I used to journal a lot, so I bought a journal to write in, specifically for that trial. It had a picture of footprints in the sand with the famous "footprints" poem written on the cover. It seemed appropriate for the cause, but little did I know how significant that journal would be at the end of my journey.  I would write in it a few times a week and then maybe a few times a month.  My entries were often unfiltered emotions and prayers, as well as sober documentations of the sequence of events, and the cycle of hope & disappointment, with every passing month. I'd write how I felt when I saw pregnant women and Mothers holding their babies. I'd cry out to God on those pages with all my roller-coaster feelings. Some days, I would humbly pray for patience and other days I would scream and cry, demanding answers. Any woman who has dealt with infertility knows the heavy burden of empty arms.  In those three years, I went from being happy and social to depressed and withdrawn. But, it was also those three years that God began to teach me some very valuable life lessons: What it means to truly surrender my life, my will, and all my desires to Him, trusting that He knows what is best for me and is able to do exceedingly and abundantly more than I could ever hope or imagine (Eph. 3:20). It was in that long walk through the dry desert, that I experienced God in a very real and intimate way. I felt His presence, heard His voice and saw the miracles unfold.  It was the beginning of a lifelong lesson of walking in faith, of which I am a student of, even still.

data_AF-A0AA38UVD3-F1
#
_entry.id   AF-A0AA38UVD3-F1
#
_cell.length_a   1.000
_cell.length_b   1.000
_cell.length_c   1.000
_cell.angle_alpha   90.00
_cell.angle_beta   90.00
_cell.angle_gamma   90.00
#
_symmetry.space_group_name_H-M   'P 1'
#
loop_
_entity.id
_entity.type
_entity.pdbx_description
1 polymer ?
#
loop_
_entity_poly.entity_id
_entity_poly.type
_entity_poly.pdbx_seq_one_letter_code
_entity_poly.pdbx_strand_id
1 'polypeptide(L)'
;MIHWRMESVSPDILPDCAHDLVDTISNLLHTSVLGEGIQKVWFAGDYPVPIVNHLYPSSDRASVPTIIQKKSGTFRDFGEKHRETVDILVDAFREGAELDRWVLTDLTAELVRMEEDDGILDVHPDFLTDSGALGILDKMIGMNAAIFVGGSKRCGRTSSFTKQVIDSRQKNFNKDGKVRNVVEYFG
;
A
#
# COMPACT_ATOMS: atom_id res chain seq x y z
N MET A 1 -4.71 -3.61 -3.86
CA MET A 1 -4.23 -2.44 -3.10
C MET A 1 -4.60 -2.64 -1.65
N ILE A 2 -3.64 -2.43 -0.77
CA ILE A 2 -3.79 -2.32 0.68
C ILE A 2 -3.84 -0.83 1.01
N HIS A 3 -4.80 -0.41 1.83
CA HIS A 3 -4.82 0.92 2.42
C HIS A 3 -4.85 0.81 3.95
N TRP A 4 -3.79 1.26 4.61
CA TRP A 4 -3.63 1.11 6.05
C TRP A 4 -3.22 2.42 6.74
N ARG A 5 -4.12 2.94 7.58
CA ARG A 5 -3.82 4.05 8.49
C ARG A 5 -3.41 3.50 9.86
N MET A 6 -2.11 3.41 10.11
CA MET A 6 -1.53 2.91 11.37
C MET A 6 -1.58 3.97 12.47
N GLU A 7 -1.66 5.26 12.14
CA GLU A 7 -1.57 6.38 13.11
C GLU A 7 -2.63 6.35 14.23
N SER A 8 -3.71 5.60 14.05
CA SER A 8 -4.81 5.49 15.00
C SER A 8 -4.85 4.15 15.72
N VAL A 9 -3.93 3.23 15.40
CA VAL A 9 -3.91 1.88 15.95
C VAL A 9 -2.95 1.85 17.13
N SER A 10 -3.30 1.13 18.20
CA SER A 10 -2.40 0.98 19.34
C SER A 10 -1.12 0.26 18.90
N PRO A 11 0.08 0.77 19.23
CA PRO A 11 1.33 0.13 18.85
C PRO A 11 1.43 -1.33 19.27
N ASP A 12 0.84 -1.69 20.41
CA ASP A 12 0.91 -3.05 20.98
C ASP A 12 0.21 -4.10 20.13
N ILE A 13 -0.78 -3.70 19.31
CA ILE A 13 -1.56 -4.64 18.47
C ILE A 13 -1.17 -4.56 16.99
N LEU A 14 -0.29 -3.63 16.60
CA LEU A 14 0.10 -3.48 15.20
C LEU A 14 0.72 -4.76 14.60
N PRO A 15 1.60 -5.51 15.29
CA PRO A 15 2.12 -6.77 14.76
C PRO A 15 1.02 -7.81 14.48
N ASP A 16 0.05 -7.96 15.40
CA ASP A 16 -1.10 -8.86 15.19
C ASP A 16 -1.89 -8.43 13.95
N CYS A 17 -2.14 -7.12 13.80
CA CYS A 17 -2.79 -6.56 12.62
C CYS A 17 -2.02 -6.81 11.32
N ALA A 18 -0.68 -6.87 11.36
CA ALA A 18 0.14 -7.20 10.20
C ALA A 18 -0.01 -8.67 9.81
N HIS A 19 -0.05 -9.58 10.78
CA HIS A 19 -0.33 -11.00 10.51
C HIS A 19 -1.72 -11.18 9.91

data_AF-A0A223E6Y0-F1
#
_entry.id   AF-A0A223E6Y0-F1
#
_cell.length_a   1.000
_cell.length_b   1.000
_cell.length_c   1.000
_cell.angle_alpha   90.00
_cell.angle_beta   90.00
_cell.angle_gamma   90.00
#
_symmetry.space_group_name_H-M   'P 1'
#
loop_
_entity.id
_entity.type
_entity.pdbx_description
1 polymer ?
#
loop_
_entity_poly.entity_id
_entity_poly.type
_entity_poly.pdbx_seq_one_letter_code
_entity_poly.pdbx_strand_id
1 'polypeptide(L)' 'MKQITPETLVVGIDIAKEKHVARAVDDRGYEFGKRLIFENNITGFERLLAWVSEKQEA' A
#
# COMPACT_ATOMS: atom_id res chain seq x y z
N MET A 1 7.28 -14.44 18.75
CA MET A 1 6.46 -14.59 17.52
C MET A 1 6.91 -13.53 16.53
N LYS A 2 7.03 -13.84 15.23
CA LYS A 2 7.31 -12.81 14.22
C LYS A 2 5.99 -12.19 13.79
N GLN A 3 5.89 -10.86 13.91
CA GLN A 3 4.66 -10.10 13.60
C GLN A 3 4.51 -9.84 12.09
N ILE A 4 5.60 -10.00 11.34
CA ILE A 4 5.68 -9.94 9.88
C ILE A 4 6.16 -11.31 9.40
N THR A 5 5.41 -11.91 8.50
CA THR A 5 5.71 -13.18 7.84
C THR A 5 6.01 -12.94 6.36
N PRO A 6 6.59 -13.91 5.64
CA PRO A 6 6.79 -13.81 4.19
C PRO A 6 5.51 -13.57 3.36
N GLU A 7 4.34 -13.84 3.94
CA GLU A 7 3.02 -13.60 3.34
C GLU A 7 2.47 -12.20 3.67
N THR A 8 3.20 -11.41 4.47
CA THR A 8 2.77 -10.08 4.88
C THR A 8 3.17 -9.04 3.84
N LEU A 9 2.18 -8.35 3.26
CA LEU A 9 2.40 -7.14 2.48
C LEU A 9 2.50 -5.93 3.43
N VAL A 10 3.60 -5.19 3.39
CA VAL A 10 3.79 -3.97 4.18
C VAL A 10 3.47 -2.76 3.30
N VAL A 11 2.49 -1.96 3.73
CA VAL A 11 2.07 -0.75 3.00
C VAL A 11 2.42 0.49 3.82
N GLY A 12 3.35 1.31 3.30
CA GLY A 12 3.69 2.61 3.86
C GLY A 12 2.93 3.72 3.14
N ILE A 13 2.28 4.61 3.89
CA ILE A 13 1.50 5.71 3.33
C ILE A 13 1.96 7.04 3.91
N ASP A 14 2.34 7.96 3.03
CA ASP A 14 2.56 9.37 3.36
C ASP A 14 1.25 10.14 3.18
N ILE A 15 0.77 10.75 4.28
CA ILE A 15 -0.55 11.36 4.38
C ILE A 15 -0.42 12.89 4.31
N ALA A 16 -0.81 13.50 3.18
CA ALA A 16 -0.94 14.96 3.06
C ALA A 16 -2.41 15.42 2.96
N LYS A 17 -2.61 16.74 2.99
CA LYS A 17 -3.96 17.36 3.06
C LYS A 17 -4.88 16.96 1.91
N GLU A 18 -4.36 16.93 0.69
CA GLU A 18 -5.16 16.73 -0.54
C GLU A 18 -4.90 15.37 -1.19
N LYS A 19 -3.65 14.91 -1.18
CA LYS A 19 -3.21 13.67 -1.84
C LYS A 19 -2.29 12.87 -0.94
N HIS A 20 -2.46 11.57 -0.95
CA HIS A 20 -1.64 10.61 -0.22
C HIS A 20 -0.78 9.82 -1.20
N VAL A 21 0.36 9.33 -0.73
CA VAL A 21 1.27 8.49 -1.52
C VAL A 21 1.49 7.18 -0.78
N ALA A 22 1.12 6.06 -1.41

It was April of the third year and I was at my lowest emotionally, but I still refused to give up the hope that I knew I had in Christ. I was nearing the end of the available pages left in my journal and I fought the negative thoughts that began to flood my head. "I'm gonna have to buy another stupid journal". A few days had passed and I remember one night praying before going to sleep. I was so empty and tired.  That was the night I had the most amazing dream. It was so real, that I was able to write it all down in my journal in detail when I awoke the next morning. In this dream, I had just washed up on a shore after being tossed by the wind and waves, almost drowning from a terrible storm. I got up and saw Jesus coming towards me as the dark sky turned so bright, I could hardly see. I felt peaceful and warm.  Jesus took my hand and walked with me as we left footprints in the sand. He told me how much He loved me and that he felt my pain, saw my tears and heard my prayers. That was enough for me in that moment. I was so content. But after comforting me, He specifically instructed me to begin to give praise & celebrate, because I would conceive the following month. "Next month?!?" I asked. I turned to Him, but He was gone. "Did I hear that right?".  Just then I woke up. I wanted to go back to sleep so I could ask Him again, but I knew what I heard. As I laid there, the word "Rejoice" kept repeating in my head. I knew it was God. He was putting my faith to the test. If I really believed what He had just spoken, then wouldn't my natural reaction be to Rejoice? I did believe, but I was afraid of being wrong. "What if I celebrate and it doesn't happen and people think I'm crazy"? That was definitely not faith talking. I believed it to be true, so I decided that I was going to rejoice! Ironically, the first person I told was my Mother.